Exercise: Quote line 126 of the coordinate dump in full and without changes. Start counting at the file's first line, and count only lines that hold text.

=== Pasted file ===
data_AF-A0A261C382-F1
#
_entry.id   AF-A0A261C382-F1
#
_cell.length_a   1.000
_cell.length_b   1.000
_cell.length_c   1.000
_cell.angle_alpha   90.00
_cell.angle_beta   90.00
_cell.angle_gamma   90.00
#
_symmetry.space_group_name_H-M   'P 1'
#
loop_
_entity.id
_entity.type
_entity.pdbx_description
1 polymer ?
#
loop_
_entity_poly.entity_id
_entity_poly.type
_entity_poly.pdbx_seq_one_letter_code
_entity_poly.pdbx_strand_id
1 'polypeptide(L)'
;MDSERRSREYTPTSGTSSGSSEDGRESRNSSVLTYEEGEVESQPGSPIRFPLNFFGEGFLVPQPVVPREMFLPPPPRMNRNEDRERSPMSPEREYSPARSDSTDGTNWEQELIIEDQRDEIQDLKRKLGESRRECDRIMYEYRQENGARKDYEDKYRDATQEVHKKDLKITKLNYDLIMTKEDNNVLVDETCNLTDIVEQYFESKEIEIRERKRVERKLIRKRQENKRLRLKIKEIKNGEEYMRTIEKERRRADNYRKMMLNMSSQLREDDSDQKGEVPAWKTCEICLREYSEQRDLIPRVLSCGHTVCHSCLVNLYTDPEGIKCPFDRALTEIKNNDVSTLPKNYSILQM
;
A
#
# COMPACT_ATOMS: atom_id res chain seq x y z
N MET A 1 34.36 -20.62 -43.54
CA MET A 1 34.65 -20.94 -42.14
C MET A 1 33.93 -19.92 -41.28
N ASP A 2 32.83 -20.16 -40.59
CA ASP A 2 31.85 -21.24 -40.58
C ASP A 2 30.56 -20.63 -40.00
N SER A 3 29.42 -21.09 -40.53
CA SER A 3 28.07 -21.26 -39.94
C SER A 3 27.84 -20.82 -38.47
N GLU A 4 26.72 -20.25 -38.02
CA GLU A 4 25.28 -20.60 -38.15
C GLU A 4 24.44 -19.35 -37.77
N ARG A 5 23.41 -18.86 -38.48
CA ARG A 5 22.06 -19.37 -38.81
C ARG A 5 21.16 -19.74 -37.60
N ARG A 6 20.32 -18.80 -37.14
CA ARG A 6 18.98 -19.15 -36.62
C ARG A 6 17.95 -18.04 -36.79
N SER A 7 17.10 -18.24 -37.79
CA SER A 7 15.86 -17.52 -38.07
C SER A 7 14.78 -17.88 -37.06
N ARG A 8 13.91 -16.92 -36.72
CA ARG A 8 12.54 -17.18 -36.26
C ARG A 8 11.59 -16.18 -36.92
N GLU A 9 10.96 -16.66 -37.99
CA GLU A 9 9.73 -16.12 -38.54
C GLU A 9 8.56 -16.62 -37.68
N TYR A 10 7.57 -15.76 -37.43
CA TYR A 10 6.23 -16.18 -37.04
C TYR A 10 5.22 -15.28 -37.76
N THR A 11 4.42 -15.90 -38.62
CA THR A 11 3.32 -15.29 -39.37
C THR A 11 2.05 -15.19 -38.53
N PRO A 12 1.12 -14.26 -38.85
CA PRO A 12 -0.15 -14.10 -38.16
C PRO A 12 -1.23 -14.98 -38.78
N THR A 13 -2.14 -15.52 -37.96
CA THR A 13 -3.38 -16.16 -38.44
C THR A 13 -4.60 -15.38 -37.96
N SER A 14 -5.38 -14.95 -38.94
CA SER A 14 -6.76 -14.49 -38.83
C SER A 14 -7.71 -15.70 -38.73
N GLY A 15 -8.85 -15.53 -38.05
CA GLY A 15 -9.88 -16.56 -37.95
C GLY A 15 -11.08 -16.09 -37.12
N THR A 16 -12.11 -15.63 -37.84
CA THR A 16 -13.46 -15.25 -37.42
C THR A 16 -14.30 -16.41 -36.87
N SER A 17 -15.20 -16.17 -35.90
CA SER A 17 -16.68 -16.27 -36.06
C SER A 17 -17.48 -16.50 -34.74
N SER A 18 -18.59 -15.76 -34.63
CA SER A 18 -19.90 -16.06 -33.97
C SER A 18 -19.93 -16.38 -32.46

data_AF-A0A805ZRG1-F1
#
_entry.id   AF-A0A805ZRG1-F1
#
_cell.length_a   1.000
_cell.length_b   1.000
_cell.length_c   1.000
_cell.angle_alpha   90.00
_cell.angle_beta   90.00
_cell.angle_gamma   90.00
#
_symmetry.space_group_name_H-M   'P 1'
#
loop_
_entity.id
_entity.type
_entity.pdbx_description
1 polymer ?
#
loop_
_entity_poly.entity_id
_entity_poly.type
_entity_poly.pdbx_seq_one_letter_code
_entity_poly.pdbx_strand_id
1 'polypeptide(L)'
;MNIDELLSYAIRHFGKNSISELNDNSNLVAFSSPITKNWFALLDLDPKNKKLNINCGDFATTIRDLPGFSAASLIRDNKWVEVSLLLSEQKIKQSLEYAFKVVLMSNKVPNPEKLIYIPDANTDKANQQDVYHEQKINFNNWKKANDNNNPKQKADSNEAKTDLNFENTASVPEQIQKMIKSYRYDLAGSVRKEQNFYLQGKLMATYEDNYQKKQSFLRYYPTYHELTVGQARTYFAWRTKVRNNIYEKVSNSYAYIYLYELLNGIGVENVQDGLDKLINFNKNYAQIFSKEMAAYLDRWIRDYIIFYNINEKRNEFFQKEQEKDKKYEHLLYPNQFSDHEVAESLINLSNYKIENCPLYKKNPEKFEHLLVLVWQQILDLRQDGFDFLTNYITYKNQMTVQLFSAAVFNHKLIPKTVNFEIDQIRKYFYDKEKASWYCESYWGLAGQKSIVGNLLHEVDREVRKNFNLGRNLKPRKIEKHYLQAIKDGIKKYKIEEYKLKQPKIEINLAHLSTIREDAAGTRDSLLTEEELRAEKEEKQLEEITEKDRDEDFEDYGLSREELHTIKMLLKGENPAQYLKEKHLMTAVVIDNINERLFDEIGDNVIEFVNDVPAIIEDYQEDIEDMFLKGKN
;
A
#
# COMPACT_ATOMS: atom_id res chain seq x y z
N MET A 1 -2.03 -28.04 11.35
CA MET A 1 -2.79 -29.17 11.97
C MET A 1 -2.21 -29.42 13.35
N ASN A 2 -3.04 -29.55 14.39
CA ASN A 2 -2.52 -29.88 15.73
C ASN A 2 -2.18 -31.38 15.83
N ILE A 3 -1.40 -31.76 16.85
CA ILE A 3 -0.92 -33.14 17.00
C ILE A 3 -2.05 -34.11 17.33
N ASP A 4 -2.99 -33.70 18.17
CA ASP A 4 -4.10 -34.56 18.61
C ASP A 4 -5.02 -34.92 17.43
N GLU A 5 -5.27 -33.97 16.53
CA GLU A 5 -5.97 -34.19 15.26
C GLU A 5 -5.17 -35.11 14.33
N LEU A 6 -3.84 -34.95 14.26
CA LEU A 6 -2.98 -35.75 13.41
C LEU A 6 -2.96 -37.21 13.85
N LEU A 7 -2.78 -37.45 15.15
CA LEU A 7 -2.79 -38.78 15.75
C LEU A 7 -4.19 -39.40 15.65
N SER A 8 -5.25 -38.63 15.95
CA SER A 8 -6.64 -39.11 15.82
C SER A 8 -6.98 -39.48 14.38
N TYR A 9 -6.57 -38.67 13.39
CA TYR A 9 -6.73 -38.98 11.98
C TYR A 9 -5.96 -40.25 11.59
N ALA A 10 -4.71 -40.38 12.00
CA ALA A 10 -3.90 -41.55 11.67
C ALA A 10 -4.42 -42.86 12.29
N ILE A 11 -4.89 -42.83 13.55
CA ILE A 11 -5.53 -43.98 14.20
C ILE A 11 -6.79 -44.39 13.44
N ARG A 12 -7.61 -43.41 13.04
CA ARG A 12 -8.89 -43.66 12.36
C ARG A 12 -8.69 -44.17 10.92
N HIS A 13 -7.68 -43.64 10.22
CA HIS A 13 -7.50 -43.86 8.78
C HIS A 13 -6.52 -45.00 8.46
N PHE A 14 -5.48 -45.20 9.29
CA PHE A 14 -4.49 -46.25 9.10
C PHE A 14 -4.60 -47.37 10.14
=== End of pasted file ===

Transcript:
C ASP A 4 -5.02 -34.92 17.43